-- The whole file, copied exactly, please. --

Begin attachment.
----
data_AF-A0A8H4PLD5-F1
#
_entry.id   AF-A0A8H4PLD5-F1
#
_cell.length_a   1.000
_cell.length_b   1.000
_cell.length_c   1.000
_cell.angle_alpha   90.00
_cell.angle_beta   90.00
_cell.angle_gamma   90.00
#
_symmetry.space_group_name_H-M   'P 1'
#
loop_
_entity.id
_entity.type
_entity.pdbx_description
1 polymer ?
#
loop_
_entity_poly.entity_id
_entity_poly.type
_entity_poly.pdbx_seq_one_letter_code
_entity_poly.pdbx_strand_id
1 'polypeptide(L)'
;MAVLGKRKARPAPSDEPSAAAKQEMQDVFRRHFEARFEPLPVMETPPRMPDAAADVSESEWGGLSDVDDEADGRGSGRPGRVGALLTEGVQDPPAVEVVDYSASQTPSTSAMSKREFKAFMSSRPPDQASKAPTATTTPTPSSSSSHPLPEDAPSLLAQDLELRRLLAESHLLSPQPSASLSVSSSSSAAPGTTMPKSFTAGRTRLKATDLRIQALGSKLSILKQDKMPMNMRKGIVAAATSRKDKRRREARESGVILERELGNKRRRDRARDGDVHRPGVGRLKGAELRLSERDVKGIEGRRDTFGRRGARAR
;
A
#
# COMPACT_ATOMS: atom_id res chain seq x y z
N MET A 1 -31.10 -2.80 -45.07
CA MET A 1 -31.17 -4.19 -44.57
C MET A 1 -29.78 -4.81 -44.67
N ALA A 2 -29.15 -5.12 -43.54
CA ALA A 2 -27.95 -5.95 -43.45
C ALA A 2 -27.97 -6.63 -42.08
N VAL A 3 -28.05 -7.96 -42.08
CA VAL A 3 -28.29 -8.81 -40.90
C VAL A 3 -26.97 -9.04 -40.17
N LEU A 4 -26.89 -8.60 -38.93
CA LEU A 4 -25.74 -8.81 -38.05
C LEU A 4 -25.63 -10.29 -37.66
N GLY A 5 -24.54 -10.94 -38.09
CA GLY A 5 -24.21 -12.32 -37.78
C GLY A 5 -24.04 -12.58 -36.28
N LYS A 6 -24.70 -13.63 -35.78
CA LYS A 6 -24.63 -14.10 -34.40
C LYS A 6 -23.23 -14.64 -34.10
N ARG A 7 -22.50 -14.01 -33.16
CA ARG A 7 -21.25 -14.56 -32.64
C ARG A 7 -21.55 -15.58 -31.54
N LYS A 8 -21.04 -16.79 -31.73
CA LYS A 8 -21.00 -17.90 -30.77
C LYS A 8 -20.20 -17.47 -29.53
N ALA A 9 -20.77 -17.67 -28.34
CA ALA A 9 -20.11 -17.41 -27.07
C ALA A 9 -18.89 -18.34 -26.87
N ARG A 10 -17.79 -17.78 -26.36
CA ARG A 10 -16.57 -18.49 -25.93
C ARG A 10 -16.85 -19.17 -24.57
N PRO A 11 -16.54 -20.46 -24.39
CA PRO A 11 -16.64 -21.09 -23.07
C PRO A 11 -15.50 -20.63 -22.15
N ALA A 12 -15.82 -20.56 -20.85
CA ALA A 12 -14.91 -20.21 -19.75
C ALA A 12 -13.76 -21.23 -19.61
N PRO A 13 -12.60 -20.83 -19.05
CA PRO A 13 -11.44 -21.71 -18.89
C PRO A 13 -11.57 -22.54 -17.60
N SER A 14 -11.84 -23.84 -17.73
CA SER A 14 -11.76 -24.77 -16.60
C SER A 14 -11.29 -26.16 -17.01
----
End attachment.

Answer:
data_AF-A0A8H4PLD5-F1
#
_entry.id   AF-A0A8H4PLD5-F1
#
_cell.length_a   1.000
_cell.length_b   1.000
_cell.length_c   1.000
_cell.angle_alpha   90.00
_cell.angle_beta   90.00
_cell.angle_gamma   90.00
#
_symmetry.space_group_name_H-M   'P 1'
#
loop_
_entity.id
_entity.type
_entity.pdbx_description
1 polymer ?
#
loop_
_entity_poly.entity_id
_entity_poly.type
_entity_poly.pdbx_seq_one_letter_code
_entity_poly.pdbx_strand_id
1 'polypeptide(L)'
;MAVLGKRKARPAPSDEPSAAAKQEMQDVFRRHFEARFEPLPVMETPPRMPDAAADVSESEWGGLSDVDDEADGRGSGRPGRVGALLTEGVQDPPAVEVVDYSASQTPSTSAMSKREFKAFMSSRPPDQASKAPTATTTPTPSSSSSHPLPEDAPSLLAQDLELRRLLAESHLLSPQPSASLSVSSSSSAAPGTTMPKSFTAGRTRLKATDLRIQALGSKLSILKQDKMPMNMRKGIVAAATSRKDKRRREARESGVILERELGNKRRRDRARDGDVHRPGVGRLKGAELRLSERDVKGIEGRRDTFGRRGARAR
;
A
#
# COMPACT_ATOMS: atom_id res chain seq x y z
N MET A 1 -31.10 -2.80 -45.07
CA MET A 1 -31.17 -4.19 -44.57
C MET A 1 -29.78 -4.81 -44.67
N ALA A 2 -29.15 -5.12 -43.54
CA ALA A 2 -27.95 -5.95 -43.45
C ALA A 2 -27.97 -6.63 -42.08
N VAL A 3 -28.05 -7.96 -42.08
CA VAL A 3 -28.29 -8.81 -40.90
C VAL A 3 -26.97 -9.04 -40.17
N LEU A 4 -26.89 -8.60 -38.93
CA LEU A 4 -25.74 -8.81 -38.05
C LEU A 4 -25.63 -10.29 -37.66
N GLY A 5 -24.54 -10.94 -38.09
CA GLY A 5 -24.21 -12.32 -37.78
C GLY A 5 -24.04 -12.58 -36.28
N LYS A 6 -24.70 -13.63 -35.78
CA LYS A 6 -24.63 -14.10 -34.40
C LYS A 6 -23.23 -14.64 -34.10
N ARG A 7 -22.50 -14.01 -33.16
CA ARG A 7 -21.25 -14.56 -32.64
C ARG A 7 -21.55 -15.58 -31.54
N LYS A 8 -21.04 -16.79 -31.73
CA LYS A 8 -21.00 -17.90 -30.77
C LYS A 8 -20.20 -17.47 -29.53
N ALA A 9 -20.77 -17.67 -28.34
CA ALA A 9 -20.11 -17.41 -27.07
C ALA A 9 -18.89 -18.34 -26.87
N ARG A 10 -17.79 -17.78 -26.36
CA ARG A 10 -16.57 -18.49 -25.93
C ARG A 10 -16.85 -19.17 -24.57
N PRO A 11 -16.54 -20.46 -24.39
CA PRO A 11 -16.64 -21.09 -23.07
C PRO A 11 -15.50 -20.63 -22.15
N ALA A 12 -15.82 -20.56 -20.85
CA ALA A 12 -14.91 -20.21 -19.75
C ALA A 12 -13.76 -21.23 -19.61
N PRO A 13 -12.60 -20.83 -19.05
CA PRO A 13 -11.44 -21.71 -18.89
C PRO A 13 -11.57 -22.54 -17.60
N SER A 14 -11.84 -23.84 -17.73
CA SER A 14 -11.76 -24.77 -16.60
C SER A 14 -11.29 -26.16 -17.01